Northside SF  

Bellingham by the Bay
by Bruce Bellingham

I wonder how many Facebook friends Carl Sagan would have had?” These are the sorts of disturbing questions that keep comedian Norm Goldblatt awake at night. Norm is also a scientist. His jokes don’t go for the jugular as much as they go for the frontal lobe:  “I bought AOL in 2001 for 100 bucks. It’s now trading at 5. Logged on the other night. I could have sworn I heard, ‘You got nailed.’” … Norm Howard, now retired from KQED-FM, confesses he turns 70 this month. One of his guilty pleasures at this stage: “I enjoy nude beaches – after a few minutes I find I have them all to myself.” … One of my guilty pleasures is watching reruns of The Streets of San Francisco on KOFY Channel 20 at 11 a.m. on weekdays. The last refuge of the underemployed. The other day, a young-looking Paul Sorvino (a show from 1976) played a N.Y. detective who greatly irritated S.F. coppers Karl Malden and Michael Douglas by repeatedly referring to this town as Frisco. It became a running gag for the hour and was certainly inspired by Herb “Don’t Call It Frisco” Caen’s column. Hard to believe that Herb’s been gone 12 years this month. …

Speaking of the running gag, some may recall when Herb used to endlessly tease the town of Chico (nestled in the Sacramento Valley) in his column after a reader told him how Velveeta was proffered in the gourmet cheese section in a Chico supermarket. In 1987, Playboy crowned Chico State the No. 1 party school in the nation. Chico native Kelda McKinney, who works for Karen Larsen Associates, the indie film promoters on Ritch Street, says things have been more sedate in Chico in recent years, but word around campus is the kids want their status back as the preeminent party town. “More drinking, more partying, more outrageous behavior is the new order of the day in Chico,” reports Kelda. “I’m glad I live in San Francisco. It’s so sane here.” … Caen was fond of “namephreaks.” He would have liked the name of the vet in charge of tending to Claude, the albino alligator with the sore claw at the Academy of Sciences: Dr. Freeland Dunker. …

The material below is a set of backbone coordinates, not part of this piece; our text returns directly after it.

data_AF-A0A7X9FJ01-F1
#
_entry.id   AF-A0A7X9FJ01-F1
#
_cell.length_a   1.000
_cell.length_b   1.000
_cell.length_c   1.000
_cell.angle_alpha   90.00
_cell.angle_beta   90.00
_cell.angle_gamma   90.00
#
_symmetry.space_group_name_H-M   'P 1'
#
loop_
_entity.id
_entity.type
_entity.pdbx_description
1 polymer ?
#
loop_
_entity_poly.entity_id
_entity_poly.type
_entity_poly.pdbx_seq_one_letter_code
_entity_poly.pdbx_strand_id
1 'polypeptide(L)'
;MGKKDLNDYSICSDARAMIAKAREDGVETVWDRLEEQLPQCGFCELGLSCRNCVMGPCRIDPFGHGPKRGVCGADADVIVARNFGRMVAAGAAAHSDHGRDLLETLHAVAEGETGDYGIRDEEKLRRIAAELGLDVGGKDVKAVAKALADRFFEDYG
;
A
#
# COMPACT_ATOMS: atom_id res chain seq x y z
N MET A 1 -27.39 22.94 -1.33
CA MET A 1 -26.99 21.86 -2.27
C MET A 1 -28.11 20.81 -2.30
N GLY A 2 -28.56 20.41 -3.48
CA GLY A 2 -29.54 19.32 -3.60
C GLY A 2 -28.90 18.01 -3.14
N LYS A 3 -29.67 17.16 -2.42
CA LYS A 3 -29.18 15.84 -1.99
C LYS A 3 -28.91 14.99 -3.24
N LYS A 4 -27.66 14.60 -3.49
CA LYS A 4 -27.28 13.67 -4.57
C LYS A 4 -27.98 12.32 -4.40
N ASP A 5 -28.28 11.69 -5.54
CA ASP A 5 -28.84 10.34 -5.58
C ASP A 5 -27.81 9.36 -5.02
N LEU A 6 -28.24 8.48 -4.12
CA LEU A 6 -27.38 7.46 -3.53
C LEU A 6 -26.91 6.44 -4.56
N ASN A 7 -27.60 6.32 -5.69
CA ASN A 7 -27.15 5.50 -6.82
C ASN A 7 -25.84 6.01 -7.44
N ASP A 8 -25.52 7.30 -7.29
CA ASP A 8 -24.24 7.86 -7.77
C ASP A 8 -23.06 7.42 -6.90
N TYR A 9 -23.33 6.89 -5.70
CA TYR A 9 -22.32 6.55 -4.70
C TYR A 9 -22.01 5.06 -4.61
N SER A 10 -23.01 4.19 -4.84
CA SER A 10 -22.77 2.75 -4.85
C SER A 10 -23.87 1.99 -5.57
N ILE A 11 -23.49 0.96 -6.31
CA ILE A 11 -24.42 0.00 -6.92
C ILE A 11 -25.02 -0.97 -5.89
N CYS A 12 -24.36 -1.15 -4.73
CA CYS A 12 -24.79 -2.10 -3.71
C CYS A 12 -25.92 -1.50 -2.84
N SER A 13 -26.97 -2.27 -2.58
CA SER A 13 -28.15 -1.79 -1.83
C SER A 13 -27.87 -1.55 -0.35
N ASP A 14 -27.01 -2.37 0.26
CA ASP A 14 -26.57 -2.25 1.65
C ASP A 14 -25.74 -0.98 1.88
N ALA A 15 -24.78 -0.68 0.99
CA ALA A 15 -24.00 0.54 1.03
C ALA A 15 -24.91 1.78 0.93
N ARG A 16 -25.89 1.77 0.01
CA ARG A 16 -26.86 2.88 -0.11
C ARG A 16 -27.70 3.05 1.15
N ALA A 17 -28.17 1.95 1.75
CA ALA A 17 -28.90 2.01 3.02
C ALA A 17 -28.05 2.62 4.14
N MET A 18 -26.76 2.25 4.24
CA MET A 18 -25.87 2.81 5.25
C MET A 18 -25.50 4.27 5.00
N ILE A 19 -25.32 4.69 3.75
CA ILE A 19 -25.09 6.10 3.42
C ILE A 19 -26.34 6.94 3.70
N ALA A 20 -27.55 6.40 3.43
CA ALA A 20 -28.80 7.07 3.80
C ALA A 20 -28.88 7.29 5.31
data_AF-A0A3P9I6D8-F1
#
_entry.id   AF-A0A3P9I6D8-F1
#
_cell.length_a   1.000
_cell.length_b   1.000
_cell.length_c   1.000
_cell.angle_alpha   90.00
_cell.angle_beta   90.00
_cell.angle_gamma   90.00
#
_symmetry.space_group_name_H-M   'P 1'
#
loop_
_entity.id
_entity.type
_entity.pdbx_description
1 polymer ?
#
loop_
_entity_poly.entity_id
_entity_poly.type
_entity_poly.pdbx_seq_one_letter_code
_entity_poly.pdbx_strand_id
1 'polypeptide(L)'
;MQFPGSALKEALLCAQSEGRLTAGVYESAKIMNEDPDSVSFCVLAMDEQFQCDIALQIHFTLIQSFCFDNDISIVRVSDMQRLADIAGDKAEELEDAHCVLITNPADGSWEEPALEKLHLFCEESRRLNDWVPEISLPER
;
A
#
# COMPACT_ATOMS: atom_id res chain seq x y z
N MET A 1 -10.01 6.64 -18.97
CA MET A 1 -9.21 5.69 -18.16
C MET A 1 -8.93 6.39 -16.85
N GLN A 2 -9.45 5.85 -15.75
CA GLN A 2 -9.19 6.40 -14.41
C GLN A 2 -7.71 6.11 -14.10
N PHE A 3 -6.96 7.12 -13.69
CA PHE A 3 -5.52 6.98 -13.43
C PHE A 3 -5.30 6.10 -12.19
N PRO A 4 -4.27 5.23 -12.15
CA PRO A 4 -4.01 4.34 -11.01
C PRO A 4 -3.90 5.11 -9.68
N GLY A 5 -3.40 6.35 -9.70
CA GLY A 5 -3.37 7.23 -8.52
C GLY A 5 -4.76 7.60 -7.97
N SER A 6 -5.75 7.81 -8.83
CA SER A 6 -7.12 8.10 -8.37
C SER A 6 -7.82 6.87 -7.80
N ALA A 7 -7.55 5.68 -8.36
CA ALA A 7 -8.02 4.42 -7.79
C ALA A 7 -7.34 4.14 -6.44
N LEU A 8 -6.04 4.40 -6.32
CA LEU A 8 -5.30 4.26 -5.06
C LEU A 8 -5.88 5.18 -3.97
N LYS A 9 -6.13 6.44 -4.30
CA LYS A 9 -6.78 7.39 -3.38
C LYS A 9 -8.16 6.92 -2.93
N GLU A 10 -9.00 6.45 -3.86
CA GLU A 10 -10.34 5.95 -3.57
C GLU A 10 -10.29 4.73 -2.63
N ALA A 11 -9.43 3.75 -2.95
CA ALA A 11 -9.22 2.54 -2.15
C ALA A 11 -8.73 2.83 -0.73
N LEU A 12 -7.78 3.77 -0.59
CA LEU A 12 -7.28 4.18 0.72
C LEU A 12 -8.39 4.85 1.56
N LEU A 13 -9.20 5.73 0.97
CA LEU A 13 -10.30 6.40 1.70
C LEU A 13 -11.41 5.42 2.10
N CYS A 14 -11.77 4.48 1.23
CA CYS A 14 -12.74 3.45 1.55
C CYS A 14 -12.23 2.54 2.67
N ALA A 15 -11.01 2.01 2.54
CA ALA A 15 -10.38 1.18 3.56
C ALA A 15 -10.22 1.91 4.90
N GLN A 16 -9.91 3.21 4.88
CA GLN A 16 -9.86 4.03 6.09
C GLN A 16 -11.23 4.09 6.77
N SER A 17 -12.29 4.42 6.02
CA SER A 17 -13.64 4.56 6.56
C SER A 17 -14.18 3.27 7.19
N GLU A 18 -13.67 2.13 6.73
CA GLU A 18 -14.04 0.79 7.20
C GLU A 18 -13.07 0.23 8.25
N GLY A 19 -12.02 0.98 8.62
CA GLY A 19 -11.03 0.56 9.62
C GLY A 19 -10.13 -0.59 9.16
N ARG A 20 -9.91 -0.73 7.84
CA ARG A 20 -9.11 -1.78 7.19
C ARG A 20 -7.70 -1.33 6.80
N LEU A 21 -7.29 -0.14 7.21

Herb Gold, the famous novelist who frequents the It’s A Grind and The Crepe House cafes on Polk Street, paid homage to his old friend, Dick Seaver, the editor who died last month in N.Y. at the age of 82. Mr. Seaver resisted small minds and big censorship to bring writers like Samuel Becket, Henry Miller and William Burroughs to American readers. Mr. Seaver’s death hit Herb pretty hard. … The Crepe House is enduring a salutary invasion of Russians – two charming ladies who work the floor, Elena Gorobchuk and Oxana Ryabanskaya. “They are the best,” says their boss, manager Saad Muyatash. It just occurred to me. Is it really 20 years since the fall of the Soviet Union? …

Fort Mason’s Magic Theatre, facing financial collapse, managed to save its 43rd season by raising $450,000, mostly through small contributions on its Web site – in much the way Obama financed his campaign. The show went on with its new production, Tough Titty, by Oni Faida Lampley. … S.F. native Ginger Kroll just landed a juicy part in the film Notorious, the story of rapper Notorious B.I.G. Ginger’s part is apparently physical in every way. Stunning Ginger does her own stunts. … Check out artist David Montgomery’s new show, even if just for the intriguing title, Trying to Cope with Things That Aren’t Human at 1928 Folsom Street, Thursday through Sunday, noon to 6 p.m. through Feb. 28 … If you’re in the San Mateo area on Friday, Feb. 6, drop into the San Mateo Marriott Convention Center (1770 South Amphlett Boulevard) for a performance by Chamber Mix. It’s a premiere of a work by local composer John Bilotta, who graduated from the Music & Arts Institute, which used to be in Pacific Heights. It’s called The Poems to Come for flute, clarinet, viola, cello, and piano. It’s at 8 p.m. and tickets are $10 at the door. For information, visit …